Most mills reported that business to the education sector was strong last year, driven by growth in higher education projects. Universities are competing harder than ever to recruit students and this has led to many huge renovation projects. Dorms are being redesigned so they look more like apartments, while today’s student centers are more like entertainment areas and hip places for students to hang out.

Carpet tile has rapidly been gaining share from broadloom and six foot goods in the education market. The heavy traffic and high maintenance in schools and colleges is a perfect fit for carpet tile, where single damaged tiles can be swapped out by school staff at a much lower cost than putting down new carpet and without disrupting students or closing off sections of the school.

The only sector that underperformed last year was the retail store planning sector, which recorded marginal growth. Though some national chains like Federated have been doing massive renovation projects, the sector as a whole has been somewhat quiet. Many industry experts expect it to remain sluggish in 2007, as consumers take a more cautious approach to spending their money, forcing many retailers to hold off on investing in major projects.

The biggest trend in the commercial market in recent years has been in green initiatives, particularly in the carpet sector. Every major carpet mill offers a range of green products with post consumer and post industrial recycled content. At the same time, reclamation efforts have stepped up, and cooperation between mills is leading to the development of a very fluid reclamation industry and innovative concepts for reclaiming and reusing old carpet.

The recent opening of Shaw’s Evergreen Nylon Recycling facility in Augusta, Georgia has spurred the industry even more, since turning nylon back into face fiber is key to maximizing the waste stream. The rising cost of crude oil, which is the source of fiber and other plastics used in carpet as well as the major source of energy needed to produce carpet, has also boosted green initiatives. In fact, many of today’s successful green programs may not have gotten off the ground if not for the rising cost of making carpet.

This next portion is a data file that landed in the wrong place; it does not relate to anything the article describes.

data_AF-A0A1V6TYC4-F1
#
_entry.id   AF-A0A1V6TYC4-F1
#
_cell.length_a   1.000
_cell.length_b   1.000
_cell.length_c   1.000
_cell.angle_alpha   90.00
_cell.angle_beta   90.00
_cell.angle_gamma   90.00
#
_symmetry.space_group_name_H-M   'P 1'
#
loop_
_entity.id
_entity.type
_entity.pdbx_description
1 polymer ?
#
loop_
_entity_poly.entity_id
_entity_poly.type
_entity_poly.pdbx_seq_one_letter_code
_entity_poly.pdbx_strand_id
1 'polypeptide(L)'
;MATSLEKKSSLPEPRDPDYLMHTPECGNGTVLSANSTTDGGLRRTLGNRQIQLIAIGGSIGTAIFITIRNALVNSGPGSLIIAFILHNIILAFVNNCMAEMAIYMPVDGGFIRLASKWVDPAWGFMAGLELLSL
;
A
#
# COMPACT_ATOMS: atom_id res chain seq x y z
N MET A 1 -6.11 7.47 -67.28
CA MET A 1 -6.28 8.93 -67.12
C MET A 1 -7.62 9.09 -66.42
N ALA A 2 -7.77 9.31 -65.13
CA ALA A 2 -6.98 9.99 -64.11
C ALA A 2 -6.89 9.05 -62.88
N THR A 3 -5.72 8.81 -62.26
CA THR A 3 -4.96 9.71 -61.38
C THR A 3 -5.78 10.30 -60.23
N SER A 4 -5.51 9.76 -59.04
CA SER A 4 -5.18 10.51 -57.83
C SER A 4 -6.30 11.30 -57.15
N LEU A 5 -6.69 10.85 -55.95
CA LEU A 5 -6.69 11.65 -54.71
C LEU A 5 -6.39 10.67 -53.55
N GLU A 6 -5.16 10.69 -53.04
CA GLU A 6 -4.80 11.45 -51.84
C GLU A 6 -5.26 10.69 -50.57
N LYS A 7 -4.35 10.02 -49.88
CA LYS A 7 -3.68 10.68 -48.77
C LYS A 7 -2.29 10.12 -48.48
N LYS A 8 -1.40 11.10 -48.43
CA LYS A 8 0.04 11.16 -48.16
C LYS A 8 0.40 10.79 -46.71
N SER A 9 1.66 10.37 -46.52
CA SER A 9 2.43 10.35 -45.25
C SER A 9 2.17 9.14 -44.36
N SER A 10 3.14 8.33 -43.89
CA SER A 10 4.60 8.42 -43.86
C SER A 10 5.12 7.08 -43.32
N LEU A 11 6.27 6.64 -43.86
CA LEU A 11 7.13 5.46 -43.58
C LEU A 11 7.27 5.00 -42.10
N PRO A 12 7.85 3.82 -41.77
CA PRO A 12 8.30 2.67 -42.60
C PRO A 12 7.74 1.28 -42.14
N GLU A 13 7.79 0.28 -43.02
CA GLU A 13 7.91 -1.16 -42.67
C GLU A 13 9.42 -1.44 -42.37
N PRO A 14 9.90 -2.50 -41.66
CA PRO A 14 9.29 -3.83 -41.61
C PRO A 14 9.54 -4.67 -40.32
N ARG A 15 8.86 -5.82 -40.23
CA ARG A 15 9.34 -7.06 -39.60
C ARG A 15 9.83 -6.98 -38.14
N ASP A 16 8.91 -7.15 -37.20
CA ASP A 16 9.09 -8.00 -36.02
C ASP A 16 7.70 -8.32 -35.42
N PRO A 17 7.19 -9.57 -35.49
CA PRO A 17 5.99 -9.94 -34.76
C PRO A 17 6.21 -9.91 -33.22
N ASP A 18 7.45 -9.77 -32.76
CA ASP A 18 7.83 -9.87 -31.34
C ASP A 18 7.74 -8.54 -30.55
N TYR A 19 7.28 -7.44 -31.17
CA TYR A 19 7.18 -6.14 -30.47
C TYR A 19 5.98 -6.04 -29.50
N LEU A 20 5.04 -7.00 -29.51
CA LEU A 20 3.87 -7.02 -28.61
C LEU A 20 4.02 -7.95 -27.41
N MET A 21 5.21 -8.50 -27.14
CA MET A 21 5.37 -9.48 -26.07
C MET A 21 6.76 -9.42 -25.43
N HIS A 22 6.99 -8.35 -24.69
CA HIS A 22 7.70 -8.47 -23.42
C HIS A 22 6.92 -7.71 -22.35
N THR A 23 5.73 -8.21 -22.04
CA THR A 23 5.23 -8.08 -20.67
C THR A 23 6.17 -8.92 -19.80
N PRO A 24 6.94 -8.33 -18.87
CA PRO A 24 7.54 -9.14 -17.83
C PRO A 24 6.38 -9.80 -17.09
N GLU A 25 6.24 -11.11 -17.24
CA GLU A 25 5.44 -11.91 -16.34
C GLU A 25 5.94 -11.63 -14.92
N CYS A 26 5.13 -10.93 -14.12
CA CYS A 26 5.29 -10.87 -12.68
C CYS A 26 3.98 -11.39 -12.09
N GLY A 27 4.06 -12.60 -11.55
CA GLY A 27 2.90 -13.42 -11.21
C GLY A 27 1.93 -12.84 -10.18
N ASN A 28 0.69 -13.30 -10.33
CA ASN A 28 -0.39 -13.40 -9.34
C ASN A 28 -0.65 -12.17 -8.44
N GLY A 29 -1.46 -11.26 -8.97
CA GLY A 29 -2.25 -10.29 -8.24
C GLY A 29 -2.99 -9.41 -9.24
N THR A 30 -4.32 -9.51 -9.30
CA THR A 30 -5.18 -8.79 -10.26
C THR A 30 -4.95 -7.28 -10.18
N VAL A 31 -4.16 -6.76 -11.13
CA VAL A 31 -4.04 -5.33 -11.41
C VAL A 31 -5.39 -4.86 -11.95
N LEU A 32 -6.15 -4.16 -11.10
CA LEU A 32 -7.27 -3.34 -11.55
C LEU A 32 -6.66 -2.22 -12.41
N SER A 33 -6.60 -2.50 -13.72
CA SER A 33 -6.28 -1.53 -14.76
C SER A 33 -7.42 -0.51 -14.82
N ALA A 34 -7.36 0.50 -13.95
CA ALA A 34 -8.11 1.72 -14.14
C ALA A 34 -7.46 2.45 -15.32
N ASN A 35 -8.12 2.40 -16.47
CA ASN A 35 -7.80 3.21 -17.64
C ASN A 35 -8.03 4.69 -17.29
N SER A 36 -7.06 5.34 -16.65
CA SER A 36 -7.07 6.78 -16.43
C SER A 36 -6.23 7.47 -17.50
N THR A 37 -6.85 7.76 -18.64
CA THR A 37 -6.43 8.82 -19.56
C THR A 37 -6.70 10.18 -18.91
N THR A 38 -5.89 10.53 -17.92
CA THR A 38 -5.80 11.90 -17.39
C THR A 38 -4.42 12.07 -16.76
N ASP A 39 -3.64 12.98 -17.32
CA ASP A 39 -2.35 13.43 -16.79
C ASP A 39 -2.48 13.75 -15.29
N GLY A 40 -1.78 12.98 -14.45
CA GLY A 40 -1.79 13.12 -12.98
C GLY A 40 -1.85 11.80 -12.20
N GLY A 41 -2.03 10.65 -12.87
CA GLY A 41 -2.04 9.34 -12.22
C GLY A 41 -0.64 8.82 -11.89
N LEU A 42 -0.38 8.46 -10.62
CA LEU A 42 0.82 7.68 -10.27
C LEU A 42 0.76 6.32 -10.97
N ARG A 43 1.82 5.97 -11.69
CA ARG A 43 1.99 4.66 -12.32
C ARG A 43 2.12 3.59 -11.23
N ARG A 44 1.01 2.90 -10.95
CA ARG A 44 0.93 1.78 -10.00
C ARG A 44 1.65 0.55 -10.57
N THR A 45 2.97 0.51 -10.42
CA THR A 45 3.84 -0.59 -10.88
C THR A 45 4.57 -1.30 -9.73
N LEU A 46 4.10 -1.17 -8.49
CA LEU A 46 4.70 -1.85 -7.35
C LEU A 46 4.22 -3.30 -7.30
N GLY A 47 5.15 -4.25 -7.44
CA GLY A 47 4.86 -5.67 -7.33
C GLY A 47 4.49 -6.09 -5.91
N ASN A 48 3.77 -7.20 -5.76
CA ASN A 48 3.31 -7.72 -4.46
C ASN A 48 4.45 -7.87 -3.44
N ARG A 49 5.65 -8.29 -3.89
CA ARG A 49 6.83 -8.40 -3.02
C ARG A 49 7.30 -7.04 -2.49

These days, greener business models and greener products often cost about the same or a little more than old business models and products made of virgin materials. That narrowing gap has allowed green industry to gain a solid economic foothold to effectively compete. 

Green leaders like InterfaceFlor are coming out with carbon neutral carpet and tapping landfills for methane. Shaw, which is already set up for closed loop recycling, is in the midst of taking its EcoWorx carpet tile backing to the broadloom side of the business. Tandus is one of the leaders in reducing sample waste. Milliken, which also uses landfill methane from the LaGrange, Georgia project, is coming out with a new fully recyclable backing with a high recycled content. Mohawk’s new Encycle PVC-free backing also features a high recycled content, and it uses nearly 30% less raw material than the old backings. Mannington’s Loop process is reclaiming both carpet and drywall and recycling them into backings. 

The next couple of years will bring more green breakthroughs, as mills step up their efforts to reuse nylon 6,6 and bio based fibers are tweaked to meet the high performance demands of commercial carpet. Rising demand from consumers should help drive that growth.

For a close look at the top 15 specified carpet manufacturers, see the June 2007 issue of Floor Focus Magazine.

 

 

TOTAL COMMERCIAL CARPET SALES

Today there are 23 manufacturers producing commercial carpet in the U.S., compared to twice that number a de

    2006 2005
   

$$ millions

1.
2.
3.
4.
5.
6.
7.
8.
9.
10.
11.
12.
13.
14.
15.
16.
17.
18.
19.
20.
21.
22.
23.

SHAW
MOHAWK
INTERFACE
BEAULIEU
TANDUS
MILLIKEN
J&J INDUSTRIES
MANNINGTON
THE DIXIE GROUP
ATLAS CARPET
CONSTANTINE
LEXMARK
BLUE RIDGE
TEMPLETON
BARRETT
CLAYTON MILLER
ROYALTY
BLOOMSBURG
NORTHWEST
GULISTAN
BURTCO
FORTUNE
C.W. INDUSTRIES

1,290
975
475
303
228
224
170
126
91
75
58
52
47
47
33
32
30
28
26
21
18
15
8

* Revised Estimate                
** Does not reflect Canadian production
           





**

           

1,172
923
428
290
203
199
157
120
86
71
50
40
43
41
31
28
28
25
24
20
18
15
7

           




*
*







*



*


Related Topics:Mannington Mills, Interface, Beaulieu International Group, Shaw Industries Group, Inc., Mohawk Industries, The Dixie Group